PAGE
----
After this speech many of the senators were asked for their opinions and gave them, but these it would be too long to include.

2

Then, while some raised their hands and others went on foot to give their votes and others again expressed their assent in words, the senate's decree was enacted.

3

Then they went to the temple, consulted the Books, brought forth the verses, purified the city, chanted the hymns, celebrated the Amburbium, and proclaimed the Ambarvalia, and thus the sacred ceremony which was commanded was carried out.

4

Aurelian's letter concerning the Sibylline Books — for I have included it also as evidence for my statements:

5

"I marvel, revered Fathers, that you have hesitated for so long a time to open the Sibylline Books, just as though you were consulting in a gathering of Christians and not in the temple of all the gods.

6

Come, therefore, and by means of the purity of the pontiffs and the sacred ceremonies bring aid to your prince who is harassed by the plight of the commonwealth.

7

Let the Books be consulted; let all that should be done be performed; whatever expenses are needful, whatever captives of any race, whatever princely animals, I will not refuse, but will offer them gladly, for it is not an unseemly thing to win victories by the aid of the gods. It was with this that our ancestors brought many wars to an end and with this that they began them.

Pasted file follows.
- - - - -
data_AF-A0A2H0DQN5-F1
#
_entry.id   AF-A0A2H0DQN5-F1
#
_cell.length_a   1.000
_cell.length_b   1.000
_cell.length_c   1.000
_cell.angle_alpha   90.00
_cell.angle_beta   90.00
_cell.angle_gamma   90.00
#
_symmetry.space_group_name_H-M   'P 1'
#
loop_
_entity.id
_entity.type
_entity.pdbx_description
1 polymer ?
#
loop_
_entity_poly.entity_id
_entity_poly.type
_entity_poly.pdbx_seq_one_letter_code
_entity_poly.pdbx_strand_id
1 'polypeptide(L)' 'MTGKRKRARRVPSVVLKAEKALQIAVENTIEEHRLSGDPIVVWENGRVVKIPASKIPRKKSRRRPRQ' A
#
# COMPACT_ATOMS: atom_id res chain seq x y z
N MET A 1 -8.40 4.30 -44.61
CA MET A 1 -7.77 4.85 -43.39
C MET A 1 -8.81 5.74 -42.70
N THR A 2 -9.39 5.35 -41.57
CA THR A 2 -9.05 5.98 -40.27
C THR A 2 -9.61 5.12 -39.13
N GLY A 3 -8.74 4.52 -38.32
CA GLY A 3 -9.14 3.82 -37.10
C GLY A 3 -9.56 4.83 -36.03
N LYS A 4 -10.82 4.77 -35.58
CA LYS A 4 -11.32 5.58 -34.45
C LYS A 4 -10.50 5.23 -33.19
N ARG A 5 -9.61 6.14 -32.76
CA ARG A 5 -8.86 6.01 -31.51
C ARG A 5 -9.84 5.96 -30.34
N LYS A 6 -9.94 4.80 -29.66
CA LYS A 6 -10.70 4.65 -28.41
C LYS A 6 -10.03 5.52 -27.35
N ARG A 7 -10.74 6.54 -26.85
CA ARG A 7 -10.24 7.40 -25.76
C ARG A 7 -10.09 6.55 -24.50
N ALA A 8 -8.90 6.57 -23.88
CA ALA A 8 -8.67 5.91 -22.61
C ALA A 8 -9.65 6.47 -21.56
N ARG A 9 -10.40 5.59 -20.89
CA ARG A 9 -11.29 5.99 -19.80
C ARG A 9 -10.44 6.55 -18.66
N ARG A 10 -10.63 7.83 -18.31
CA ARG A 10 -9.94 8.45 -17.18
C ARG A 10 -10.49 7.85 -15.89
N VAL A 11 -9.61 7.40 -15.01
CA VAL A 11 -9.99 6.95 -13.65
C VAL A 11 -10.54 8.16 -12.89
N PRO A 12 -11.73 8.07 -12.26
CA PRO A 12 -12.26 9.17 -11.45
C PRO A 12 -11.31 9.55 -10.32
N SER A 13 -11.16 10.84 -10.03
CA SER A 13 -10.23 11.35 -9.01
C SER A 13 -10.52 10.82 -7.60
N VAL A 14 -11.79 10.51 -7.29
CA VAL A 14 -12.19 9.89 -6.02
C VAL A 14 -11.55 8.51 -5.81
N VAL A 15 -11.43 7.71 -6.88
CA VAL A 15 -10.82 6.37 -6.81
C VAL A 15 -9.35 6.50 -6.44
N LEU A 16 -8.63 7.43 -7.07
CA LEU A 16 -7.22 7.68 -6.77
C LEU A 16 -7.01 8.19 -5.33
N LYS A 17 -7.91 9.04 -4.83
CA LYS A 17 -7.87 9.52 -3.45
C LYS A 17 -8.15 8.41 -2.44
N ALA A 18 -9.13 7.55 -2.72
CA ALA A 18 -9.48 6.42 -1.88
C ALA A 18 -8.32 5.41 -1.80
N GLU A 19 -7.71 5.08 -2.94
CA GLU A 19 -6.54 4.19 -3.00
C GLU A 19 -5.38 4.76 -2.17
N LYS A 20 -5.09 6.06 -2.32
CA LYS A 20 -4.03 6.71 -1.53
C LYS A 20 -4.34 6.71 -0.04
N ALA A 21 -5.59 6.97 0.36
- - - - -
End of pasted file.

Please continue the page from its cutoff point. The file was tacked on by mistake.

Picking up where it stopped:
8

Whatever costs there may be I have ordered to be paid by the prefect of the treasury, to whom I have sent a letter. You have, moreover, under your own control the money-chest of the State, which I find more full than were my desire."

21

1

Aurelian, however, since he wished, by massing his forces together, to meet all the enemy at once, suffered such a defeat near Placentia that the empire of Rome was almost destroyed.

2

This peril, in fact, was caused by the cunning and perfidy of the barbarians' mode of attack.

3

For, being unable to meet him in open battle, they fell back into the thickest forests, and thus as evening came on they routed our forces.

4

And, indeed, if the power of the gods, after the Books had been consulted and the sacrifices performed, had not confounded the barbarians by means of certain prodigies and heaven-sent visions, there would have been no victory for Rome.

5

When the war with the Marcomanni was ended, Aurelian, over-violent by nature, and now filled with rage, advanced to Rome eager for the revenge which the bitterness of the revolts had prompted. Though at other times a most excellent man, he did, in fact, employ his power too much like a tyrant, for in slaying the leaders of the revolts he used too bloody a method of checking what should have been cured by milder means.